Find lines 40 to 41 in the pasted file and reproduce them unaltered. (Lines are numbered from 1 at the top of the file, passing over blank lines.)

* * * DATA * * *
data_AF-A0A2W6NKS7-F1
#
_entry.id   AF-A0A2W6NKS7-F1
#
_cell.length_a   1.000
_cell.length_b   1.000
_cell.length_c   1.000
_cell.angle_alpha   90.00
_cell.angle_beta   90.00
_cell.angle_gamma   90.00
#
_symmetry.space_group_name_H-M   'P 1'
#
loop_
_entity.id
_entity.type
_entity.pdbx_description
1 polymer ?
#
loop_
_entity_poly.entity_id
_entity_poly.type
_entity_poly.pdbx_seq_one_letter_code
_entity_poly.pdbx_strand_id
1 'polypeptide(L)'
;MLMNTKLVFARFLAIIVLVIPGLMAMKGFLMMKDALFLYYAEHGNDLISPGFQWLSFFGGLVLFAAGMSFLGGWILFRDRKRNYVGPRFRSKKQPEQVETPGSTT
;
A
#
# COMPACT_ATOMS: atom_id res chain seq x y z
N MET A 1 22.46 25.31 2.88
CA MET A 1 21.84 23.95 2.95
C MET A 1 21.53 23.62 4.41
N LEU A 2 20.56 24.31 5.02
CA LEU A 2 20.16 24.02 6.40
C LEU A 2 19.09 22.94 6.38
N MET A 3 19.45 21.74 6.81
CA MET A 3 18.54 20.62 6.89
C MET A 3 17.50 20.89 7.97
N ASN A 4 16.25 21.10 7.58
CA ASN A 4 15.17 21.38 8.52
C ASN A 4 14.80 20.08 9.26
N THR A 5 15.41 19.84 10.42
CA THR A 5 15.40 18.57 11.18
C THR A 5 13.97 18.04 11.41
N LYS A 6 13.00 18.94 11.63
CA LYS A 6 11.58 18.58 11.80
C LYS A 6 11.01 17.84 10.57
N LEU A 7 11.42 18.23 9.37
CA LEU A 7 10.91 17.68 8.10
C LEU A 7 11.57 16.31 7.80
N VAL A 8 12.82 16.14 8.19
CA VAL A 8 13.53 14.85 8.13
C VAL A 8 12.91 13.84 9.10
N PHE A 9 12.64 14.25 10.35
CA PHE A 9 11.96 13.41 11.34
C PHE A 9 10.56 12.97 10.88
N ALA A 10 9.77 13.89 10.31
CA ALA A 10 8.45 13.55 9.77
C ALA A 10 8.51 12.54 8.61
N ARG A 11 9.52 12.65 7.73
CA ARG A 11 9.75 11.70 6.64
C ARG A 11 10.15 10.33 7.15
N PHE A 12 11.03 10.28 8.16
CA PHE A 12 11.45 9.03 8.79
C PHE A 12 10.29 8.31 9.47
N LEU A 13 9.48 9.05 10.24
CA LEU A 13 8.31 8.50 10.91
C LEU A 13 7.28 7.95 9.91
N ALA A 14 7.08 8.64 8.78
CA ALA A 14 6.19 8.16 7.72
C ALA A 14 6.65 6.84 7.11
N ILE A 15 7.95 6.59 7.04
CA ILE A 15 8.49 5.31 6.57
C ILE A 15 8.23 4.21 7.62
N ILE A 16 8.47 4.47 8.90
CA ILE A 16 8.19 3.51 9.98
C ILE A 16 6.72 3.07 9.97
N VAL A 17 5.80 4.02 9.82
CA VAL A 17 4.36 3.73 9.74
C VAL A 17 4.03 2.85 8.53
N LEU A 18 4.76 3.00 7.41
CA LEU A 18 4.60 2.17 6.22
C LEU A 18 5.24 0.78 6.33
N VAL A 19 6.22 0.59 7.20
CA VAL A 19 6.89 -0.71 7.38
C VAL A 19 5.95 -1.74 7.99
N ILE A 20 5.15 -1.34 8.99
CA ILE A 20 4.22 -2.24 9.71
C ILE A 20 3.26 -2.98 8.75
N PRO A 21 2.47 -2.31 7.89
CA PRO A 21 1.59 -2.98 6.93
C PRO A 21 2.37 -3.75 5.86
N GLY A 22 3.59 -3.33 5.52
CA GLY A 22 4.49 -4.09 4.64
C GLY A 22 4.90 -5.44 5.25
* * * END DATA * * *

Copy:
N ASN A 4 16.25 21.10 7.58
CA ASN A 4 15.17 21.38 8.52